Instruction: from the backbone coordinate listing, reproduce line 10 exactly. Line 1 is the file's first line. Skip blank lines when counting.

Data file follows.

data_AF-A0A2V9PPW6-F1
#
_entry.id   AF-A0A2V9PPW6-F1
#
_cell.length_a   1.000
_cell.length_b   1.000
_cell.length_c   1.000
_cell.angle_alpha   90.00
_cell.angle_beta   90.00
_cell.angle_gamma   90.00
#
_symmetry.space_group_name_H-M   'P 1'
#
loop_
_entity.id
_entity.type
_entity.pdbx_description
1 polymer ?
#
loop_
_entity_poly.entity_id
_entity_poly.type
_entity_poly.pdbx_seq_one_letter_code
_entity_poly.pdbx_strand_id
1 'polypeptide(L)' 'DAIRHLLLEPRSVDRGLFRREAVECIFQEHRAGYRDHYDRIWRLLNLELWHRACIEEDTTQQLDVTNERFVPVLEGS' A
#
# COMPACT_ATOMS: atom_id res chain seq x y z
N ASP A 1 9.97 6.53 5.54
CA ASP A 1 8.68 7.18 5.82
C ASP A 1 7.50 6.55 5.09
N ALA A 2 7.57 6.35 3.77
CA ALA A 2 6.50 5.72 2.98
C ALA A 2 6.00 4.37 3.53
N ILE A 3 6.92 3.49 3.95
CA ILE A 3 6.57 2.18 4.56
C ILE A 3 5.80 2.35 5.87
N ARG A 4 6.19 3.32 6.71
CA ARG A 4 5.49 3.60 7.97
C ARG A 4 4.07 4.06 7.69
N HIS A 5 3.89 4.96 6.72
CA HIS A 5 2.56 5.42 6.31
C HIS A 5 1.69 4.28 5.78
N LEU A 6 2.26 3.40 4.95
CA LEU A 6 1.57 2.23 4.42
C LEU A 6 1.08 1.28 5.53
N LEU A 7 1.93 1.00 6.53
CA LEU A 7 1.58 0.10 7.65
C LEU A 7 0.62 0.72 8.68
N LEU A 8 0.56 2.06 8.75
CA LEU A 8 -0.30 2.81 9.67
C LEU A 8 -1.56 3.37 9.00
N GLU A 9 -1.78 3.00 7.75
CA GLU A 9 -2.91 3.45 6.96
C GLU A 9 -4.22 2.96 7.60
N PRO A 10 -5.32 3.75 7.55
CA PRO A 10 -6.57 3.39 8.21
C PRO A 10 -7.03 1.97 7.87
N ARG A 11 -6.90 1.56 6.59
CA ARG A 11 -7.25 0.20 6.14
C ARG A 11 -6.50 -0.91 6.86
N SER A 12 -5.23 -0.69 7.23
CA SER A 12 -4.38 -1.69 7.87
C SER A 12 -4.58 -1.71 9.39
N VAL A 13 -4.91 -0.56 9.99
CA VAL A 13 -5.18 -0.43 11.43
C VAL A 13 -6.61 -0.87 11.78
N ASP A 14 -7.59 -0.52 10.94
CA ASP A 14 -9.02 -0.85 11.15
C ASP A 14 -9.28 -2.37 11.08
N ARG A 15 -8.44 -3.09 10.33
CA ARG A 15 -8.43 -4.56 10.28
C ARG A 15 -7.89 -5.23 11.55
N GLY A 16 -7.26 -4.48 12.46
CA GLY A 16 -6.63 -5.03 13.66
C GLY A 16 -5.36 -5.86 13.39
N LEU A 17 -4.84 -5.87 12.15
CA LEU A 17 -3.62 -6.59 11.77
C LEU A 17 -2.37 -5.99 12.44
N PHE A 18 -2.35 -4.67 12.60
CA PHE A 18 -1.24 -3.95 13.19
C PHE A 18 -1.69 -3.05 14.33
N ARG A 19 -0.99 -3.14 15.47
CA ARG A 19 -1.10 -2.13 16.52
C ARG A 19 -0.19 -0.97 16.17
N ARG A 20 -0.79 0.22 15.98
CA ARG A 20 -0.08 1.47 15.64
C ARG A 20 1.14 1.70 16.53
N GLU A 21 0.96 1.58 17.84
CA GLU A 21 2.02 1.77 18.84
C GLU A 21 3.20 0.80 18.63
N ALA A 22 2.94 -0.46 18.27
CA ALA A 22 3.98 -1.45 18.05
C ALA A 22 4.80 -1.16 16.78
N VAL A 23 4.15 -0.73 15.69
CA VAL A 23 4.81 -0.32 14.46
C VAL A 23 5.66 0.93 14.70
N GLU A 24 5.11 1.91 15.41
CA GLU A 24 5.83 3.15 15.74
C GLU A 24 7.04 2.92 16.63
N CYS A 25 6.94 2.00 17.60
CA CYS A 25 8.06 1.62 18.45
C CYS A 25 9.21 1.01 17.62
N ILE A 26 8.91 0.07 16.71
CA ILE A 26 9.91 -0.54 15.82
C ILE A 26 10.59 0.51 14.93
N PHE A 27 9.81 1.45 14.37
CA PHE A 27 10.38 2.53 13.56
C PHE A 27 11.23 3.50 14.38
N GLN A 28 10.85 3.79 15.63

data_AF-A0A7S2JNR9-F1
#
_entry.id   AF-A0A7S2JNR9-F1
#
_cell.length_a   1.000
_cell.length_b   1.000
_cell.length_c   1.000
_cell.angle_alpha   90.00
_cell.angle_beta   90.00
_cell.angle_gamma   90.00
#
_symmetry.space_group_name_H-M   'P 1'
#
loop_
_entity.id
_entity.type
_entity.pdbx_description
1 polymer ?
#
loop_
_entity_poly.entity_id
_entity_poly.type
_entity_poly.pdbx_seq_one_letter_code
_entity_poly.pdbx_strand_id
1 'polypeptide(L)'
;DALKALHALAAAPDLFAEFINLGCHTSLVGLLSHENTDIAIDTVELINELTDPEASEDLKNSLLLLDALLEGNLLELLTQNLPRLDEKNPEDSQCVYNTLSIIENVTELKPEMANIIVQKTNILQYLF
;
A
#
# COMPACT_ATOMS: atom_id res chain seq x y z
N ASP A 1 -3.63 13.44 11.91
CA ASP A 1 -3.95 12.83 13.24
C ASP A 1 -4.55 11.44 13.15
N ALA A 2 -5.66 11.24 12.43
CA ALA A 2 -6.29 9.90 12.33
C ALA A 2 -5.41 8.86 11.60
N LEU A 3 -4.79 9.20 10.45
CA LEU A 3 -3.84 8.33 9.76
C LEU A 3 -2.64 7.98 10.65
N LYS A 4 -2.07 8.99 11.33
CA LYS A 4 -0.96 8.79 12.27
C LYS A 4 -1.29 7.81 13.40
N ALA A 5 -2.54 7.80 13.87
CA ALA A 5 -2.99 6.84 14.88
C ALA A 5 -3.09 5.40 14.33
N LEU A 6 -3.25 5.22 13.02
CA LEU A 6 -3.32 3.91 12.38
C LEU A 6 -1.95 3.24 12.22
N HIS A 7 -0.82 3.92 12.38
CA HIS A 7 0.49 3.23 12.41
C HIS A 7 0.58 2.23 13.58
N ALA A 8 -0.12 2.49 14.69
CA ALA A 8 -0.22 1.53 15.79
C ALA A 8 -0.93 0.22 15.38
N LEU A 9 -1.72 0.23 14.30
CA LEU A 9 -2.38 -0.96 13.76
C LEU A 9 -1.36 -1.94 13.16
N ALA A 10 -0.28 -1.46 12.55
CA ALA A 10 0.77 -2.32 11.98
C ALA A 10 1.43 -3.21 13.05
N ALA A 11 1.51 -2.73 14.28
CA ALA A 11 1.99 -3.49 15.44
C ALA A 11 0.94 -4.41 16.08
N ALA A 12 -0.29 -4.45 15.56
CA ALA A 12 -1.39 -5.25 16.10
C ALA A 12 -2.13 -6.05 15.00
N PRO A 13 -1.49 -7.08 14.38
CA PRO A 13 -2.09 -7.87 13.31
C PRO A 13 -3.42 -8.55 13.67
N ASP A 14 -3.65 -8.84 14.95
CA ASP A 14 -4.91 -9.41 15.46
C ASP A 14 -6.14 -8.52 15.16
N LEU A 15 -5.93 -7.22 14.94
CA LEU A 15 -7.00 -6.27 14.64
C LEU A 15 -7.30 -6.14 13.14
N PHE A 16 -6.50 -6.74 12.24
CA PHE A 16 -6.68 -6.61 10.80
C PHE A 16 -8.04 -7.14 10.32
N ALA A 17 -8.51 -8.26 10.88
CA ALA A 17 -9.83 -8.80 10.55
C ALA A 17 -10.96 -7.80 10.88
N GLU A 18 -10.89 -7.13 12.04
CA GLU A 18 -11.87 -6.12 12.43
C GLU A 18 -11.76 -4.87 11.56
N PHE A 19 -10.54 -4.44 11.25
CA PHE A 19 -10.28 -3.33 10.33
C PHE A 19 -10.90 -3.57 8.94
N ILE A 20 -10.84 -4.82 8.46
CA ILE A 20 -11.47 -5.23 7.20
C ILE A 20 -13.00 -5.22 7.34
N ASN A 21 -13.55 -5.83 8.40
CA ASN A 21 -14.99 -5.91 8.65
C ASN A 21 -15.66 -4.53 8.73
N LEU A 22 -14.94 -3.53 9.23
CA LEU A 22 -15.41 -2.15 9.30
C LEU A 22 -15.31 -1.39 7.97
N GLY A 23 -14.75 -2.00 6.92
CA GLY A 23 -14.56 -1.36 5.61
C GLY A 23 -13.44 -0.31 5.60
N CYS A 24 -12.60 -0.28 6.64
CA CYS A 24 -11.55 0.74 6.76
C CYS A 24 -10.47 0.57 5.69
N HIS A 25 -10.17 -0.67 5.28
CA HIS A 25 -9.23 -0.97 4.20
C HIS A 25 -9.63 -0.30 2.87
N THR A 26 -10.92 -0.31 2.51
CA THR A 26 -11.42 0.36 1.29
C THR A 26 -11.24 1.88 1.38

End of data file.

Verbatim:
_cell.angle_gamma   90.00